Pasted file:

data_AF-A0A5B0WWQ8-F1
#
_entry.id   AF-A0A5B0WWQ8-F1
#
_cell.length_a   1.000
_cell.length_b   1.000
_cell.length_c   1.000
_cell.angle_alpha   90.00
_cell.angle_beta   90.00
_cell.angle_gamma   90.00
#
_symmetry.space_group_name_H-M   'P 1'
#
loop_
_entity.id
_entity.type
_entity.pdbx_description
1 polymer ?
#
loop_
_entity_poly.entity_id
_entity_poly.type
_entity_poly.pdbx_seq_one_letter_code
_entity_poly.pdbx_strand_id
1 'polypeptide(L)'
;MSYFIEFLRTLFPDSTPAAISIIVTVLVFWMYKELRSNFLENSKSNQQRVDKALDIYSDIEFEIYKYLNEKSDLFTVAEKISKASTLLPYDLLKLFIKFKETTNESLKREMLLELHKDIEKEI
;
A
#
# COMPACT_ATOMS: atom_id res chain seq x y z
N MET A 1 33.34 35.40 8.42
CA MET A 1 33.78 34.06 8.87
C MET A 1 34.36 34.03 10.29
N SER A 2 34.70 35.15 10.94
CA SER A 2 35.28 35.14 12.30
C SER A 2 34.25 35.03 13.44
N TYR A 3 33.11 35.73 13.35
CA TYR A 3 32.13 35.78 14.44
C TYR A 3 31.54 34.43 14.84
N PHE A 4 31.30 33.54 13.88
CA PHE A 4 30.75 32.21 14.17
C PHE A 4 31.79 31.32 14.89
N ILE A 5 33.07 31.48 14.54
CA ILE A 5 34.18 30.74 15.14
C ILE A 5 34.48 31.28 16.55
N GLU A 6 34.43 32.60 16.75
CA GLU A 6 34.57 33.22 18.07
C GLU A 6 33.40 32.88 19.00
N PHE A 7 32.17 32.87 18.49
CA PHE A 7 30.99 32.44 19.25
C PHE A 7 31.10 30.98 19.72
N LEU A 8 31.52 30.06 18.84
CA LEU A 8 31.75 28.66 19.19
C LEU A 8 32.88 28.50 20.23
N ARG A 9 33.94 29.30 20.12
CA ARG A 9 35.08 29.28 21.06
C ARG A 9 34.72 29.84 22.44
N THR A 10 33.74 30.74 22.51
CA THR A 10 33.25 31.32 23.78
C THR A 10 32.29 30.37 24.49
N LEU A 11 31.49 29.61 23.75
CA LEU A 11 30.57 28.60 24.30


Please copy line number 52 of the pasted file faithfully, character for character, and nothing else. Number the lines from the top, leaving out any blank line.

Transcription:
N LEU A 8 31.52 30.06 18.84